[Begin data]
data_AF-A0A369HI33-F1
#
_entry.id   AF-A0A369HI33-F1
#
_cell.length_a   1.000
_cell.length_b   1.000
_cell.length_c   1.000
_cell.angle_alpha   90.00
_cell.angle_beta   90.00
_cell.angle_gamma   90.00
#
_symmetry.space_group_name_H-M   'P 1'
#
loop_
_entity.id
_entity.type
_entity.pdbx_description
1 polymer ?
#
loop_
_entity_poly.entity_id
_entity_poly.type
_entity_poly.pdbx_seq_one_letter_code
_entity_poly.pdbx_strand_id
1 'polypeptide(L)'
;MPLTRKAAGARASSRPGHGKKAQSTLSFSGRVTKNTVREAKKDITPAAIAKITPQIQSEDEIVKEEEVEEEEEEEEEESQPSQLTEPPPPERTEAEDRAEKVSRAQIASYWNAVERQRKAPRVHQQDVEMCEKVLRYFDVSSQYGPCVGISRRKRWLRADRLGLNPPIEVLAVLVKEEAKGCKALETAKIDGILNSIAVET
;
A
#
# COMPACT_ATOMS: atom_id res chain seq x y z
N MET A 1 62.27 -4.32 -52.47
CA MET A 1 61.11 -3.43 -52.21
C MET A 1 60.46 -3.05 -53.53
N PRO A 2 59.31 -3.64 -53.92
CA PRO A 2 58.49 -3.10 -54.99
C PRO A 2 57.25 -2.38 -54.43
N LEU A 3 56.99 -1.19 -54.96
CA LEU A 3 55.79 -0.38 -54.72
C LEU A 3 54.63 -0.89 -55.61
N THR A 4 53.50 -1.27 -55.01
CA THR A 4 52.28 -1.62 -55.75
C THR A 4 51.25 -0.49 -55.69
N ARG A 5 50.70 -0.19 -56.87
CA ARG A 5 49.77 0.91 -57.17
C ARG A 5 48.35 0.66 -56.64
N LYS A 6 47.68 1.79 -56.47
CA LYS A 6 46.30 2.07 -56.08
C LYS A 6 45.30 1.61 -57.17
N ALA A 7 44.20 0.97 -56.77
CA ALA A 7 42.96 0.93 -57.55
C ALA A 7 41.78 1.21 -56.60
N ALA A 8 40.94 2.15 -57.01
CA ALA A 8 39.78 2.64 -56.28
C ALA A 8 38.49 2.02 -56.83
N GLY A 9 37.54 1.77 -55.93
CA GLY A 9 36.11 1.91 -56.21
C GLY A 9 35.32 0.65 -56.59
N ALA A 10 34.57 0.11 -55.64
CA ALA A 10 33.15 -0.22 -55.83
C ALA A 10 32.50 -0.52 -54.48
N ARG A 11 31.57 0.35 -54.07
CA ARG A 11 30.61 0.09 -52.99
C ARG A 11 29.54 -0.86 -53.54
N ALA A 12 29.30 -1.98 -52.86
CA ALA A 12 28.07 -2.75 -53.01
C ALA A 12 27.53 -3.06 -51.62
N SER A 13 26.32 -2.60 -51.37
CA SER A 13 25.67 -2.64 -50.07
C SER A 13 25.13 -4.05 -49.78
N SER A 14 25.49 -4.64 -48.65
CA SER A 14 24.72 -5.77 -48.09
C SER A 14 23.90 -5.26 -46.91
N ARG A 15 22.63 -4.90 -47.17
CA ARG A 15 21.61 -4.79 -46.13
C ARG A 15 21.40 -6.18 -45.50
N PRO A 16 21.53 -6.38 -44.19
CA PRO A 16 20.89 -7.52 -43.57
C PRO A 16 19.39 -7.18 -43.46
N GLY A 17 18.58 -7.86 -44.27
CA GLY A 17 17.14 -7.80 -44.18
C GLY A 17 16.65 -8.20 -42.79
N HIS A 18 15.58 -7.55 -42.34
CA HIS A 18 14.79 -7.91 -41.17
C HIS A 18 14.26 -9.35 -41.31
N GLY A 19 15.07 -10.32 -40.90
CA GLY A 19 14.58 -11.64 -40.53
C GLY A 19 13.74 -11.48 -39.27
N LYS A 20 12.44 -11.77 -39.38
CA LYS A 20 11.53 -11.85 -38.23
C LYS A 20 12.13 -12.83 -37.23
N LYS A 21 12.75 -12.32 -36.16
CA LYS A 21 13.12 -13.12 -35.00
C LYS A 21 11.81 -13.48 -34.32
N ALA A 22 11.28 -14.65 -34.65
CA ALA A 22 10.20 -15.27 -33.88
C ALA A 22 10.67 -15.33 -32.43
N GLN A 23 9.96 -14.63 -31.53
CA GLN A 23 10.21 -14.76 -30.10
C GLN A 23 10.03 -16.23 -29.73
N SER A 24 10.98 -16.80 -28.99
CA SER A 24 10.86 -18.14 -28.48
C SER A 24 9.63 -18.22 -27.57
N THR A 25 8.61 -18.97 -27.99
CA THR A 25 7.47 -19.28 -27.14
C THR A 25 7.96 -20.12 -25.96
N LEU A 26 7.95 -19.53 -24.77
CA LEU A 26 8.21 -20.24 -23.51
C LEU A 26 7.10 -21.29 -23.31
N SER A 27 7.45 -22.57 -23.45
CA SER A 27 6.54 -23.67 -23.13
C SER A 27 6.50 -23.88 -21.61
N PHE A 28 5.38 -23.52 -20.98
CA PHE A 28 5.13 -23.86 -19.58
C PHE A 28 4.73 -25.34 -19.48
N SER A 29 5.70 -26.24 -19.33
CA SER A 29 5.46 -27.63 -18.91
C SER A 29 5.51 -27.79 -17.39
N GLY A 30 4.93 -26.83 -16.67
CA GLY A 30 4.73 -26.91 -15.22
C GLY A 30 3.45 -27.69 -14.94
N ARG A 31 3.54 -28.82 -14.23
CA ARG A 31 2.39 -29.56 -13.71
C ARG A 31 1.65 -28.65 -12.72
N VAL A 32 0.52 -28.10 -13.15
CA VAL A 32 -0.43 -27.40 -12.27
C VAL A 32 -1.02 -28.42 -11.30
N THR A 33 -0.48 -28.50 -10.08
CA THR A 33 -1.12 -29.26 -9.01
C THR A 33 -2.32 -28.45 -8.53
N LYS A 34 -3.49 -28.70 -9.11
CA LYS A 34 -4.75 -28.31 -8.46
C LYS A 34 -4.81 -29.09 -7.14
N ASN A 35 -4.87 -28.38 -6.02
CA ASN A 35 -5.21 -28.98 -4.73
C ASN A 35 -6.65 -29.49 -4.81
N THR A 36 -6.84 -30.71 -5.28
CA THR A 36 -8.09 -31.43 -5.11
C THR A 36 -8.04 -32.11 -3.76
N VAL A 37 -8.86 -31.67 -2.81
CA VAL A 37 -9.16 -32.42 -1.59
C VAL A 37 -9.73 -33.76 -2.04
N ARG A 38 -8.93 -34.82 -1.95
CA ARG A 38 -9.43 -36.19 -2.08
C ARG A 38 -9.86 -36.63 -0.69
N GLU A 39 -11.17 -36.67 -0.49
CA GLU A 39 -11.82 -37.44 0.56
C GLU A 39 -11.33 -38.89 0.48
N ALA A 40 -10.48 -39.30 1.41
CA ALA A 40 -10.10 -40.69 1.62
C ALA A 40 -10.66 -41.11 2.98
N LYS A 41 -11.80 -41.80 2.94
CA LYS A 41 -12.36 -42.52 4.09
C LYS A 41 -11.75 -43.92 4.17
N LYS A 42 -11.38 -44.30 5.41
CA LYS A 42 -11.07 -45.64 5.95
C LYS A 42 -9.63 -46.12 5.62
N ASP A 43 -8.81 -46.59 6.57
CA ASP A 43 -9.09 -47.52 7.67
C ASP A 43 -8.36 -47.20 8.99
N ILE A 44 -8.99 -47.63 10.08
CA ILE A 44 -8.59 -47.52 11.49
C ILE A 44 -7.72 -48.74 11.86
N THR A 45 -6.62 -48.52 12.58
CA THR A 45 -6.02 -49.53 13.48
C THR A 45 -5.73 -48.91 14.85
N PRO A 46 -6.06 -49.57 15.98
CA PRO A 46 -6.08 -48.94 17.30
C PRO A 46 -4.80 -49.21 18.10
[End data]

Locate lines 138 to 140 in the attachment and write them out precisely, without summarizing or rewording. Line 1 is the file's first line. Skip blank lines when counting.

C THR A 36 -8.04 -32.11 -3.76
N VAL A 37 -8.86 -31.67 -2.81
CA VAL A 37 -9.16 -32.42 -1.59